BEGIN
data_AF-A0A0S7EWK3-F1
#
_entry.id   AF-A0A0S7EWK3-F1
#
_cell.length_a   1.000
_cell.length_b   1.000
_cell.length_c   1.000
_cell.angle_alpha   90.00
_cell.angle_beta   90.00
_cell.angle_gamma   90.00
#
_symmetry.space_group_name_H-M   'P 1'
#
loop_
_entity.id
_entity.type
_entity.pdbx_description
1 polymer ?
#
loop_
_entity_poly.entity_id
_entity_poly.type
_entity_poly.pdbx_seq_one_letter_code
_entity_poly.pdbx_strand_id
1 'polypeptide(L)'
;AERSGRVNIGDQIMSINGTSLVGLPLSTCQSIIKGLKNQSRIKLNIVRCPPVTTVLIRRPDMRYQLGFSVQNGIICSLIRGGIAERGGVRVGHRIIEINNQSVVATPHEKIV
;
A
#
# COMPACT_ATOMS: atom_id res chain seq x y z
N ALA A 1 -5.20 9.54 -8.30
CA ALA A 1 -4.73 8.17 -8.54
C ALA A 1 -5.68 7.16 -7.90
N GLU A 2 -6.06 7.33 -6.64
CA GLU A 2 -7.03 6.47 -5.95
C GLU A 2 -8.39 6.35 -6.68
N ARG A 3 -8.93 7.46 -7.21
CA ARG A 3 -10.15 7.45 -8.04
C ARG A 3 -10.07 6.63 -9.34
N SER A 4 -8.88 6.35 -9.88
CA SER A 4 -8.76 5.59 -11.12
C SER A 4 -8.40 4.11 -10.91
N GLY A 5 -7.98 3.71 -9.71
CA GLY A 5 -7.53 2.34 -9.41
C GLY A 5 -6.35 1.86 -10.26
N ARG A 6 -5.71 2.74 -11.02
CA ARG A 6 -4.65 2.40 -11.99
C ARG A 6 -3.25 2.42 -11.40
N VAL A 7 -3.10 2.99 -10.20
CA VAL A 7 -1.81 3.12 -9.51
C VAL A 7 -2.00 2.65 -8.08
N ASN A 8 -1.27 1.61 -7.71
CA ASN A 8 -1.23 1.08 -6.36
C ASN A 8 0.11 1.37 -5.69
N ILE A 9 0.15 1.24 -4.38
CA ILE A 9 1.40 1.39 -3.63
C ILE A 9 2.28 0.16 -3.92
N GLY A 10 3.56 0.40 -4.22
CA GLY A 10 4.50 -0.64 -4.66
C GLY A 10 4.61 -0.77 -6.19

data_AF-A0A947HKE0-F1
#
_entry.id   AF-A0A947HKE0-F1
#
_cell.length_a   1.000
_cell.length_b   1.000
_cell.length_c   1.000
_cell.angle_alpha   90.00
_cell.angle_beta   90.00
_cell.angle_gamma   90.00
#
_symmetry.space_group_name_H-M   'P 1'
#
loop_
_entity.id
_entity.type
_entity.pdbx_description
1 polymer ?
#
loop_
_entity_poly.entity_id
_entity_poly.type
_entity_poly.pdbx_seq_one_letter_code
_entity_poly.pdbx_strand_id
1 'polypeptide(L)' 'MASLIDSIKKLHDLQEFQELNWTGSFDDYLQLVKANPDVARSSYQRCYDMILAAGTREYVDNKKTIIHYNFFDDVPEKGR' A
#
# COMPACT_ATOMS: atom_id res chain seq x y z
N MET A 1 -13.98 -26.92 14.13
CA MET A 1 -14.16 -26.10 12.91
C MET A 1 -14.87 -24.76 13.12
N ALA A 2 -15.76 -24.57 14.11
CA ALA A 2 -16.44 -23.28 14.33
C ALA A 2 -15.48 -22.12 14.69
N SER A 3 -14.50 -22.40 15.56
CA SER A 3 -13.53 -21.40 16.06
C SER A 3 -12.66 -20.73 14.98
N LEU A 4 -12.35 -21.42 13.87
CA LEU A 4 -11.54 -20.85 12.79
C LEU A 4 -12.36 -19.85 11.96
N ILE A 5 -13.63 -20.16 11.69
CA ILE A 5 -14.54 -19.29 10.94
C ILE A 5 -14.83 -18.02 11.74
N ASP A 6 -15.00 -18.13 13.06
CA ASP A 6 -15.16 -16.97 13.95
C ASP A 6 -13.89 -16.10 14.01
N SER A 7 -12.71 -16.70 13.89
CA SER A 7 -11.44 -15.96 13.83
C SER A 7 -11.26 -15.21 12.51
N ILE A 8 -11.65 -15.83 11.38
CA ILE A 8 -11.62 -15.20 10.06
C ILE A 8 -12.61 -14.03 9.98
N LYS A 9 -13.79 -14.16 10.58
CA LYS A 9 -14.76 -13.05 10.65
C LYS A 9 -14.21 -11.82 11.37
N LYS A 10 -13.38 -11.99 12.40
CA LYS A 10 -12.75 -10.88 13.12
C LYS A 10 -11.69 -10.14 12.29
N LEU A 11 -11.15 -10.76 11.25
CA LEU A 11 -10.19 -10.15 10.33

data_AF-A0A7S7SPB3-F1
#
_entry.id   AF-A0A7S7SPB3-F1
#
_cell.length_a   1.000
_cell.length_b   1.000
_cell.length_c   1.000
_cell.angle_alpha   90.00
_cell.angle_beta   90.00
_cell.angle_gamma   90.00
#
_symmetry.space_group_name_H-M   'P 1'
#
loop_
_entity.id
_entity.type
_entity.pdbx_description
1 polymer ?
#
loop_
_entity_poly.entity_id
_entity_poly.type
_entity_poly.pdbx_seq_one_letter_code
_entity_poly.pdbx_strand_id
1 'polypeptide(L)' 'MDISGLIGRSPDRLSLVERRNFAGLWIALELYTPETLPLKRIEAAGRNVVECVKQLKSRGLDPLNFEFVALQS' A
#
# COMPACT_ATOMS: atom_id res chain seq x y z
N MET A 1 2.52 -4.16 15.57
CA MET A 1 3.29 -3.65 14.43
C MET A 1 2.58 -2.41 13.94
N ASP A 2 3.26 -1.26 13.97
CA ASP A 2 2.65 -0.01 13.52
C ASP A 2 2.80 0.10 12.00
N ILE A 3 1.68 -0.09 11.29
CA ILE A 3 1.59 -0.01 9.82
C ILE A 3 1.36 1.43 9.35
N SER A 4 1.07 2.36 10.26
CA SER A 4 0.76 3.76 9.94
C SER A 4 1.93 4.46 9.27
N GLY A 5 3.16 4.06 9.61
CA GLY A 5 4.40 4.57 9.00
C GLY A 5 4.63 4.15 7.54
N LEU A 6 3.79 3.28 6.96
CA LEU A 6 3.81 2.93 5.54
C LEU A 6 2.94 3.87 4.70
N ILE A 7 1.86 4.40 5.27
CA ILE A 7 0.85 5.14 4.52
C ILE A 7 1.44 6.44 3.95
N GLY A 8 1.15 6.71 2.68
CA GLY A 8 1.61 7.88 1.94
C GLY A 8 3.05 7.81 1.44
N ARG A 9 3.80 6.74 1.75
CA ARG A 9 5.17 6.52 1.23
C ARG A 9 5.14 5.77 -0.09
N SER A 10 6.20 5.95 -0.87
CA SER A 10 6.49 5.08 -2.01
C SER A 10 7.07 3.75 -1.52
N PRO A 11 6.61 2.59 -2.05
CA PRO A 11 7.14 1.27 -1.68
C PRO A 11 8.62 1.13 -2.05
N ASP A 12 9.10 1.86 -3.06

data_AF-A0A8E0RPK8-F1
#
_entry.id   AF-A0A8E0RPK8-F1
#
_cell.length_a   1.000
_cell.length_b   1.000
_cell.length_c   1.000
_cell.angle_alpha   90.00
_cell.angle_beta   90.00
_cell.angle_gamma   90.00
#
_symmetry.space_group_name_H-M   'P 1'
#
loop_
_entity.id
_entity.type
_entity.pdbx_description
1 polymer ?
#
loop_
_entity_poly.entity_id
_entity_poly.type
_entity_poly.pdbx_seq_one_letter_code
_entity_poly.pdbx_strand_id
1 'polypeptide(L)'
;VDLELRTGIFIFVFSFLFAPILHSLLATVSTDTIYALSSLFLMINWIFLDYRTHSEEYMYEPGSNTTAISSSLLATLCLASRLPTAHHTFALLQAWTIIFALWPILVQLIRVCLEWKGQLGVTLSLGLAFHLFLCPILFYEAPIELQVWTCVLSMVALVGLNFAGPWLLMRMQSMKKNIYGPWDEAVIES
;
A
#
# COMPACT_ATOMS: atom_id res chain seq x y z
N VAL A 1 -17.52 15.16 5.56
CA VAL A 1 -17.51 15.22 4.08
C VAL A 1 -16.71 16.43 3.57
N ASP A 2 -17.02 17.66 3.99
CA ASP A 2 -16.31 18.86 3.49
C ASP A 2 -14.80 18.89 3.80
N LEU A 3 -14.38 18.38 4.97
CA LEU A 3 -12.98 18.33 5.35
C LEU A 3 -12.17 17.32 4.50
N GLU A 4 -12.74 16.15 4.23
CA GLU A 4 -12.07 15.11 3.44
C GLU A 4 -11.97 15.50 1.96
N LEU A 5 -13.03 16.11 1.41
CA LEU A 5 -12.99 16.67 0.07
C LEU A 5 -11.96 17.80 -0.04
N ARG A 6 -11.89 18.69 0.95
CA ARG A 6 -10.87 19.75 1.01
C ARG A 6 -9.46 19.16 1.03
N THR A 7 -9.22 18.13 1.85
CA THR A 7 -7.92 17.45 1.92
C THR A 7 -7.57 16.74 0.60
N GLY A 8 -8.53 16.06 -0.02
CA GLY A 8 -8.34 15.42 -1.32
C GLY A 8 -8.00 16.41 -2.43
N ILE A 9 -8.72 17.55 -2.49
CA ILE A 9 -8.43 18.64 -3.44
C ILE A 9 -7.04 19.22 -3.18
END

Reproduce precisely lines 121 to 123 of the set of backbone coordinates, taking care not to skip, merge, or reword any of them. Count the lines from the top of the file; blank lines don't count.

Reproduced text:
#
_entry.id   AF-A0A7S7SPB3-F1
#